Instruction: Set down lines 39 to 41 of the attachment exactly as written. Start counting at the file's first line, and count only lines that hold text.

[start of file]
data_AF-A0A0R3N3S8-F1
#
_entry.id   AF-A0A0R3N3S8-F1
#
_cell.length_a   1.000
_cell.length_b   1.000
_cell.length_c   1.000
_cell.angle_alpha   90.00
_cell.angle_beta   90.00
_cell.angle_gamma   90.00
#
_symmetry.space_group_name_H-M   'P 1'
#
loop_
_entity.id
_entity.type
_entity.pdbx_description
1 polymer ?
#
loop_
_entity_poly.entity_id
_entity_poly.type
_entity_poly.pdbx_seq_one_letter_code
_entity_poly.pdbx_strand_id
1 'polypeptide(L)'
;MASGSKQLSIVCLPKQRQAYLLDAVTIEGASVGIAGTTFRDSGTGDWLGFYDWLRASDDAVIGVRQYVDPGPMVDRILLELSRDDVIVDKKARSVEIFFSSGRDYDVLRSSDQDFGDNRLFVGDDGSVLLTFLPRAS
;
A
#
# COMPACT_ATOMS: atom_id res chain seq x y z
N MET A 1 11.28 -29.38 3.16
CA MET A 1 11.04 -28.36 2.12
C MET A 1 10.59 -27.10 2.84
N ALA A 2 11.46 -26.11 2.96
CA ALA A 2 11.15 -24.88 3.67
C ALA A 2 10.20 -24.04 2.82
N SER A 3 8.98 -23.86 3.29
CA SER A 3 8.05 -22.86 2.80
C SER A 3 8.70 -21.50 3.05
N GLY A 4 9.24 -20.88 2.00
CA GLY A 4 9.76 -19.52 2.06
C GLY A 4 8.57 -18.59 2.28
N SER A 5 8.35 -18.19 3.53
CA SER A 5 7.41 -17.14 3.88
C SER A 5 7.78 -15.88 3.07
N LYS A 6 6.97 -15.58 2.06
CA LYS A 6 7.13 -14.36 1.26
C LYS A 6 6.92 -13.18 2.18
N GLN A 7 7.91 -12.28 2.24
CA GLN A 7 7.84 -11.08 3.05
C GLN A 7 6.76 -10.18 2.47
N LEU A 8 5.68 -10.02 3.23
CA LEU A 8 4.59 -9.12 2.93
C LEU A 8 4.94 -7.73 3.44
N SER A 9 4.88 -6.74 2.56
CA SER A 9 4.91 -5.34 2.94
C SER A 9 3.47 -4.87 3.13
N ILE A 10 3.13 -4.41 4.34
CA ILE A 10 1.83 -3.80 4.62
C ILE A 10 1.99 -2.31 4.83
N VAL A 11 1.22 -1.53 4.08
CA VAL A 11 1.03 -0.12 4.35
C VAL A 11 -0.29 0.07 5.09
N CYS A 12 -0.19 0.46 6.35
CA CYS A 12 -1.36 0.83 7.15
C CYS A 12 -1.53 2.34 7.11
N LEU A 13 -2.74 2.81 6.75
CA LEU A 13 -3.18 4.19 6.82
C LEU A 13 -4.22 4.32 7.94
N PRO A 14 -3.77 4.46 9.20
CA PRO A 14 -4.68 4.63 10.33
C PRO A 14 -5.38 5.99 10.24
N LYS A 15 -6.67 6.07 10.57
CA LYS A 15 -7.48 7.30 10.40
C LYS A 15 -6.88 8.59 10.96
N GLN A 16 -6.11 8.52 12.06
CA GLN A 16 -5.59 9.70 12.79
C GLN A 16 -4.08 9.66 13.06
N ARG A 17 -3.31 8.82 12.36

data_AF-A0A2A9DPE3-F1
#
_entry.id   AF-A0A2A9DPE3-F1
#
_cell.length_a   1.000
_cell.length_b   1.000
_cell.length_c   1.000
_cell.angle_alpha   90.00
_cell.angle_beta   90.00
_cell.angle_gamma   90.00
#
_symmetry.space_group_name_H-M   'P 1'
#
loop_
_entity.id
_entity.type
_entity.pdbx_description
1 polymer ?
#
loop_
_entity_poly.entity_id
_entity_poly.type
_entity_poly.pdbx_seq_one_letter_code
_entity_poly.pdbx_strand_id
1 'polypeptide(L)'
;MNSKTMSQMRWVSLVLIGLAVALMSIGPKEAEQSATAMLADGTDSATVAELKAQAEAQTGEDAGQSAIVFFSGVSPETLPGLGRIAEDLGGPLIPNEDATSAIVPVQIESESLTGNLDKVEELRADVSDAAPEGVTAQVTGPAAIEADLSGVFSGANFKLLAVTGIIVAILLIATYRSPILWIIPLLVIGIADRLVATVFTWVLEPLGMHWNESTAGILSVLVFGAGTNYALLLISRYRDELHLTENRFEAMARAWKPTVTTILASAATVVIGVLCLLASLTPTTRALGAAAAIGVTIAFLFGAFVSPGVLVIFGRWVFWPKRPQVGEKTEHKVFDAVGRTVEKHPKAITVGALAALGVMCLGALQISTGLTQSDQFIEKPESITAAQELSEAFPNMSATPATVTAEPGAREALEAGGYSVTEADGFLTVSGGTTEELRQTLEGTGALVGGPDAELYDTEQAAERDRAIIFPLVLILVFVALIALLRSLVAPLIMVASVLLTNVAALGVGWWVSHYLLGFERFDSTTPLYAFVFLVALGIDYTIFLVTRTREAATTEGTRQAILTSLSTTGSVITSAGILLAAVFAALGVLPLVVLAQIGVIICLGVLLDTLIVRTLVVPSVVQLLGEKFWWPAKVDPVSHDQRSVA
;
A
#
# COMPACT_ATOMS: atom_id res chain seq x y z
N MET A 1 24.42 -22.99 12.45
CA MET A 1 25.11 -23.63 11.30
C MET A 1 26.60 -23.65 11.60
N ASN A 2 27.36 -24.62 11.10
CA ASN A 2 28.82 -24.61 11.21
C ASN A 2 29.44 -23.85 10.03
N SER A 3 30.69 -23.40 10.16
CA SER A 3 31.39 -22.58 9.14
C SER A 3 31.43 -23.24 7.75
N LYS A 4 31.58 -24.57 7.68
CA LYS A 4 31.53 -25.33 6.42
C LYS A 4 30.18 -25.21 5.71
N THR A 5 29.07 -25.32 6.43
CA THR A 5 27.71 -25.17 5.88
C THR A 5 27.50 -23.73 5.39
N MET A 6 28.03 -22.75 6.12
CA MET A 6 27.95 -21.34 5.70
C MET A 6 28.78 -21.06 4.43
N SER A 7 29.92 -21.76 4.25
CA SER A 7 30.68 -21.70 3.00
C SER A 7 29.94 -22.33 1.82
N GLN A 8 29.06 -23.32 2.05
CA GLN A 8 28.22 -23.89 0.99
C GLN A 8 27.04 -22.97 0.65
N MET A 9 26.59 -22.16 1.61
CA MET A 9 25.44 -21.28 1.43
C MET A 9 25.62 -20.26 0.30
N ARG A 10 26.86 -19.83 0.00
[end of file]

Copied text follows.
C SER A 3 8.70 -21.50 3.05
N GLY A 4 9.24 -20.88 2.00
CA GLY A 4 9.76 -19.52 2.06